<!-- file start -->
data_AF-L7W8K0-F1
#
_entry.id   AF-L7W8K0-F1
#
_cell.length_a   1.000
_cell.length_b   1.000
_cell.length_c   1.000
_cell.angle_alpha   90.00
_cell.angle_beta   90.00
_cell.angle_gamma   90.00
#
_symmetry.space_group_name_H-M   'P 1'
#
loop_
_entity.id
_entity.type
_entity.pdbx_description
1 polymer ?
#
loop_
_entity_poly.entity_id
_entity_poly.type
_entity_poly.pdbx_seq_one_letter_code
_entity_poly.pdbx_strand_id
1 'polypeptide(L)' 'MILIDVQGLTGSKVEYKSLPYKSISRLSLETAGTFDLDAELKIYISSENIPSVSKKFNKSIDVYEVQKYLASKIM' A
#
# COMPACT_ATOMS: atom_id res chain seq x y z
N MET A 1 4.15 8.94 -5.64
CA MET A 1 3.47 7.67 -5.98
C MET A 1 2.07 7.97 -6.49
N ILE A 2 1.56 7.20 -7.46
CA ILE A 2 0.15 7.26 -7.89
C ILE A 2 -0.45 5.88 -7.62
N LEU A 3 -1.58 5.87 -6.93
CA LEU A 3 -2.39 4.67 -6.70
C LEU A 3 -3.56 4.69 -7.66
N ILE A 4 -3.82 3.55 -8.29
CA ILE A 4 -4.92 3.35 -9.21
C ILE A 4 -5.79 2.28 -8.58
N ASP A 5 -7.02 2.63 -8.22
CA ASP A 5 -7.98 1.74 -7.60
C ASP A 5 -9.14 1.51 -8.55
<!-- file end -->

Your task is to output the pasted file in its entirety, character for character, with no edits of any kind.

data_AF-L7W8K0-F1
#
_entry.id   AF-L7W8K0-F1
#
_cell.length_a   1.000
_cell.length_b   1.000
_cell.length_c   1.000
_cell.angle_alpha   90.00
_cell.angle_beta   90.00
_cell.angle_gamma   90.00
#
_symmetry.space_group_name_H-M   'P 1'
#
loop_
_entity.id
_entity.type
_entity.pdbx_description
1 polymer ?
#
loop_
_entity_poly.entity_id
_entity_poly.type
_entity_poly.pdbx_seq_one_letter_code
_entity_poly.pdbx_strand_id
1 'polypeptide(L)' 'MILIDVQGLTGSKVEYKSLPYKSISRLSLETAGTFDLDAELKIYISSENIPSVSKKFNKSIDVYEVQKYLASKIM' A
#
# COMPACT_ATOMS: atom_id res chain seq x y z
N MET A 1 4.15 8.94 -5.64
CA MET A 1 3.47 7.67 -5.98
C MET A 1 2.07 7.97 -6.49
N ILE A 2 1.56 7.20 -7.46
CA ILE A 2 0.15 7.26 -7.89
C ILE A 2 -0.45 5.88 -7.62
N LEU A 3 -1.58 5.87 -6.93
CA LEU A 3 -2.39 4.67 -6.70
C LEU A 3 -3.56 4.69 -7.66
N ILE A 4 -3.82 3.55 -8.29
CA ILE A 4 -4.92 3.35 -9.21
C ILE A 4 -5.79 2.28 -8.58
N ASP A 5 -7.02 2.63 -8.22
CA ASP A 5 -7.98 1.74 -7.60
C ASP A 5 -9.14 1.51 -8.55